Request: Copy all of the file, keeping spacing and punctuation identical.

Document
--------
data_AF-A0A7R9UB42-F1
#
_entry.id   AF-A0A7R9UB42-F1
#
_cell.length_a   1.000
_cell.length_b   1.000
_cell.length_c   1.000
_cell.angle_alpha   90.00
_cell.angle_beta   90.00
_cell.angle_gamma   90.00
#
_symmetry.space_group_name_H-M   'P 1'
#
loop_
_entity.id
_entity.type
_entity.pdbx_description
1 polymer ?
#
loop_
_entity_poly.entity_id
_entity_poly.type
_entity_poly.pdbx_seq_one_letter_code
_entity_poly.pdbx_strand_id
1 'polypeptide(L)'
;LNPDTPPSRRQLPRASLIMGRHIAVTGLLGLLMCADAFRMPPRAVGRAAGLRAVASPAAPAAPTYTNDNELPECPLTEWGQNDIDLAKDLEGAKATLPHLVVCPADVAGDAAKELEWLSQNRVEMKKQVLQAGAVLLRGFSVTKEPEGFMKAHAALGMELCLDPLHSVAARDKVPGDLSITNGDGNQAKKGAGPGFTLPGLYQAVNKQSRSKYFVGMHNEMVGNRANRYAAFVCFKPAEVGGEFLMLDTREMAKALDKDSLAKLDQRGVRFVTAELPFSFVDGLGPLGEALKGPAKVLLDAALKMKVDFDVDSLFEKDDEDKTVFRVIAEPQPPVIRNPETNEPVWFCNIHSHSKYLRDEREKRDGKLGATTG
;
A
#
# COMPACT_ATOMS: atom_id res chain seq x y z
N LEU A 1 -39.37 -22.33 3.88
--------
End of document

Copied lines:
data_AF-A0A7R9UB42-F1
#
_entry.id   AF-A0A7R9UB42-F1
#
_cell.length_a   1.000
_cell.length_b   1.000
_cell.length_c   1.000
_cell.angle_alpha   90.00
_cell.angle_beta   90.00
_cell.angle_gamma   90.00
#
_symmetry.space_group_name_H-M   'P 1'
#
loop_
_entity.id
_entity.type
_entity.pdbx_description
1 polymer ?
#
loop_
_entity_poly.entity_id
_entity_poly.type
_entity_poly.pdbx_seq_one_letter_code
_entity_poly.pdbx_strand_id
1 'polypeptide(L)'
;LNPDTPPSRRQLPRASLIMGRHIAVTGLLGLLMCADAFRMPPRAVGRAAGLRAVASPAAPAAPTYTNDNELPECPLTEWGQNDIDLAKDLEGAKATLPHLVVCPADVAGDAAKELEWLSQNRVEMKKQVLQAGAVLLRGFSVTKEPEGFMKAHAALGMELCLDPLHSVAARDKVPGDLSITNGDGNQAKKGAGPGFTLPGLYQAVNKQSRSKYFVGMHNEMVGNRANRYAAFVCFKPAEVGGEFLMLDTREMAKALDKDSLAKLDQRGVRFVTAELPFSFVDGLGPLGEALKGPAKVLLDAALKMKVDFDVDSLFEKDDEDKTVFRVIAEPQPPVIRNPETNEPVWFCNIHSHSKYLRDEREKRDGKLGATTG
;
A
#
# COMPACT_ATOMS: atom_id res chain seq x y z
N LEU A 1 -39.37 -22.33 3.88